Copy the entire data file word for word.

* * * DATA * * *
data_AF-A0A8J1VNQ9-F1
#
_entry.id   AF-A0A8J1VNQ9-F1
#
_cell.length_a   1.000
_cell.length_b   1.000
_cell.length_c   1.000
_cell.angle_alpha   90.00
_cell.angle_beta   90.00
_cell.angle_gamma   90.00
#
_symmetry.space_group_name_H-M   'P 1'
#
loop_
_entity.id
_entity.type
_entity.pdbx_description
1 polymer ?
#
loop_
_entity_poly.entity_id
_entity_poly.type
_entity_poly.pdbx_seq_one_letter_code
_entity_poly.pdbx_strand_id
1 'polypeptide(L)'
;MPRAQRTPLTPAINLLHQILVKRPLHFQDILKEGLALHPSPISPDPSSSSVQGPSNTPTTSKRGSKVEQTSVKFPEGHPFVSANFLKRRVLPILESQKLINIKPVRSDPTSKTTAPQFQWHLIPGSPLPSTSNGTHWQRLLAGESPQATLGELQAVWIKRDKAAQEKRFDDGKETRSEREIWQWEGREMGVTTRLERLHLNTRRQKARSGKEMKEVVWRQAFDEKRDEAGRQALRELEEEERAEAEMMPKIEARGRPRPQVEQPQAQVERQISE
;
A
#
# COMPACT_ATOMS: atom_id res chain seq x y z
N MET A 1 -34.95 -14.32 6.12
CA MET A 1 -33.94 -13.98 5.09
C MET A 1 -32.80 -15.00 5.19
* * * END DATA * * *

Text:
data_AF-A0A8J1VNQ9-F1
#
_entry.id   AF-A0A8J1VNQ9-F1
#
_cell.length_a   1.000
_cell.length_b   1.000
_cell.length_c   1.000
_cell.angle_alpha   90.00
_cell.angle_beta   90.00
_cell.angle_gamma   90.00
#
_symmetry.space_group_name_H-M   'P 1'
#
loop_
_entity.id
_entity.type
_entity.pdbx_description
1 polymer ?
#
loop_
_entity_poly.entity_id
_entity_poly.type
_entity_poly.pdbx_seq_one_letter_code
_entity_poly.pdbx_strand_id
1 'polypeptide(L)'
;MPRAQRTPLTPAINLLHQILVKRPLHFQDILKEGLALHPSPISPDPSSSSVQGPSNTPTTSKRGSKVEQTSVKFPEGHPFVSANFLKRRVLPILESQKLINIKPVRSDPTSKTTAPQFQWHLIPGSPLPSTSNGTHWQRLLAGESPQATLGELQAVWIKRDKAAQEKRFDDGKETRSEREIWQWEGREMGVTTRLERLHLNTRRQKARSGKEMKEVVWRQAFDEKRDEAGRQALRELEEEERAEAEMMPKIEARGRPRPQVEQPQAQVERQISE
;
A
#
# COMPACT_ATOMS: atom_id res chain seq x y z
N MET A 1 -34.95 -14.32 6.12
CA MET A 1 -33.94 -13.98 5.09
C MET A 1 -32.80 -15.00 5.19